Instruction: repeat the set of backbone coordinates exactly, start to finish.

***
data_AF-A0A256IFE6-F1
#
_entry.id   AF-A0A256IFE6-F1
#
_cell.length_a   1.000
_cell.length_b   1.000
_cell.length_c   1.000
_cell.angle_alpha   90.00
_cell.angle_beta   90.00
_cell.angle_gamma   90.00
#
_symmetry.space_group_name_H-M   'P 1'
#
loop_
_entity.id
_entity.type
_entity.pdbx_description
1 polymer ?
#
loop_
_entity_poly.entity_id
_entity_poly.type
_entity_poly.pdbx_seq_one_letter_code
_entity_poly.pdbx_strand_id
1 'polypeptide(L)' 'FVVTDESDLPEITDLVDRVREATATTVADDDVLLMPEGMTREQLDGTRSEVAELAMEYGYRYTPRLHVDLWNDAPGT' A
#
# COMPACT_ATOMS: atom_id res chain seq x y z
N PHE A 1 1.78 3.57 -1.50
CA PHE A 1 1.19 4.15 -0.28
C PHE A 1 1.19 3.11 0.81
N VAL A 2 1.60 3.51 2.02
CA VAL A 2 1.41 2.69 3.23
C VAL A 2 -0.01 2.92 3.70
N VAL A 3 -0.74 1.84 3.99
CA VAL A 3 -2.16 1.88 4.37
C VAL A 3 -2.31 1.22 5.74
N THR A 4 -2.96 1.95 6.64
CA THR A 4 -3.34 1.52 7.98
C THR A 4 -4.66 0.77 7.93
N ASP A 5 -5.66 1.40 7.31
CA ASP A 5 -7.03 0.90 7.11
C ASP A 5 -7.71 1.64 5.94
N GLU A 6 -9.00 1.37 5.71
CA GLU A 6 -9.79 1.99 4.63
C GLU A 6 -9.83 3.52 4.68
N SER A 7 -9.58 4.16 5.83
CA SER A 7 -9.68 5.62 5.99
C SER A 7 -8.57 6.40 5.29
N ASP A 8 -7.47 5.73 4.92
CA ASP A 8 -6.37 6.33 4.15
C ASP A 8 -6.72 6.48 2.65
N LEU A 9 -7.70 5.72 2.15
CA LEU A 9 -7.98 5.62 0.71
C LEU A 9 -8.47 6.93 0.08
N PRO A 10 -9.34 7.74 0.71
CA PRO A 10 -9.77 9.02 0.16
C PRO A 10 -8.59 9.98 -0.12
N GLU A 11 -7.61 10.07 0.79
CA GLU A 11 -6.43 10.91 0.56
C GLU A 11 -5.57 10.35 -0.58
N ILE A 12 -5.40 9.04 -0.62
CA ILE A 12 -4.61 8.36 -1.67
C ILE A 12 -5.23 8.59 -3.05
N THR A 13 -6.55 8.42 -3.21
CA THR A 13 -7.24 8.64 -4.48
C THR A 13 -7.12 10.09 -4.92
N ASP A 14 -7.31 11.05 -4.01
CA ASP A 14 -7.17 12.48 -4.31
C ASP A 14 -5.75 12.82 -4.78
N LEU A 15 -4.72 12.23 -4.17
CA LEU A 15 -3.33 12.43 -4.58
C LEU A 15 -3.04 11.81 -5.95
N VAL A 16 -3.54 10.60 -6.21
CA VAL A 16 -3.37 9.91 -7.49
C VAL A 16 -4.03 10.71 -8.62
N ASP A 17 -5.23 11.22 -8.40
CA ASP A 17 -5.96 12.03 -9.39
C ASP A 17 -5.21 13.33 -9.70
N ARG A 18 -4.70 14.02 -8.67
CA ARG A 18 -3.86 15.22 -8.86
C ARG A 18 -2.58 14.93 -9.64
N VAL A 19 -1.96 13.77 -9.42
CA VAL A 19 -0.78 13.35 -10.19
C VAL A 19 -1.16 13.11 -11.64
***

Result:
data_AF-A0A256IFE6-F1
#
_entry.id   AF-A0A256IFE6-F1
#
_cell.length_a   1.000
_cell.length_b   1.000
_cell.length_c   1.000
_cell.angle_alpha   90.00
_cell.angle_beta   90.00
_cell.angle_gamma   90.00
#
_symmetry.space_group_name_H-M   'P 1'
#
loop_
_entity.id
_entity.type
_entity.pdbx_description
1 polymer ?
#
loop_
_entity_poly.entity_id
_entity_poly.type
_entity_poly.pdbx_seq_one_letter_code
_entity_poly.pdbx_strand_id
1 'polypeptide(L)' 'FVVTDESDLPEITDLVDRVREATATTVADDDVLLMPEGMTREQLDGTRSEVAELAMEYGYRYTPRLHVDLWNDAPGT' A
#
# COMPACT_ATOMS: atom_id res chain seq x y z
N PHE A 1 1.78 3.57 -1.50
CA PHE A 1 1.19 4.15 -0.28
C PHE A 1 1.19 3.11 0.81
N VAL A 2 1.60 3.51 2.02
CA VAL A 2 1.41 2.69 3.23
C VAL A 2 -0.01 2.92 3.70
N VAL A 3 -0.74 1.84 3.99
CA VAL A 3 -2.16 1.88 4.37
C VAL A 3 -2.31 1.22 5.74
N THR A 4 -2.96 1.95 6.64
CA THR A 4 -3.34 1.52 7.98
C THR A 4 -4.66 0.77 7.93
N ASP A 5 -5.66 1.40 7.31
CA ASP A 5 -7.03 0.90 7.11
C ASP A 5 -7.71 1.64 5.94
N GLU A 6 -9.00 1.37 5.71
CA GLU A 6 -9.79 1.99 4.63
C GLU A 6 -9.83 3.52 4.68
N SER A 7 -9.58 4.16 5.83
CA SER A 7 -9.68 5.62 5.99
C SER A 7 -8.57 6.40 5.29
N ASP A 8 -7.47 5.73 4.92
CA ASP A 8 -6.37 6.33 4.15
C ASP A 8 -6.72 6.48 2.65
N LEU A 9 -7.70 5.72 2.15
CA LEU A 9 -7.98 5.62 0.71
C LEU A 9 -8.47 6.93 0.08
N PRO A 10 -9.34 7.74 0.71
CA PRO A 10 -9.77 9.02 0.16
C PRO A 10 -8.59 9.98 -0.12
N GLU A 11 -7.61 10.07 0.79
CA GLU A 11 -6.43 10.91 0.56
C GLU A 11 -5.57 10.35 -0.58
N ILE A 12 -5.40 9.04 -0.62
CA ILE A 12 -4.61 8.36 -1.67
C ILE A 12 -5.23 8.59 -3.05
N THR A 13 -6.55 8.42 -3.21
CA THR A 13 -7.24 8.64 -4.48
C THR A 13 -7.12 10.09 -4.92
N ASP A 14 -7.31 11.05 -4.01
CA ASP A 14 -7.17 12.48 -4.31
C ASP A 14 -5.75 12.82 -4.78
N LEU A 15 -4.72 12.23 -4.17
CA LEU A 15 -3.33 12.43 -4.58
C LEU A 15 -3.04 11.81 -5.95
N VAL A 16 -3.54 10.60 -6.21
CA VAL A 16 -3.37 9.91 -7.49
C VAL A 16 -4.03 10.71 -8.62
N ASP A 17 -5.23 11.22 -8.40
CA ASP A 17 -5.96 12.03 -9.39
C ASP A 17 -5.21 13.33 -9.70
N ARG A 18 -4.70 14.02 -8.67
CA ARG A 18 -3.86 15.22 -8.86
C ARG A 18 -2.58 14.93 -9.64
N VAL A 19 -1.96 13.77 -9.42
CA VAL A 19 -0.78 13.35 -10.19
C VAL A 19 -1.16 13.11 -11.64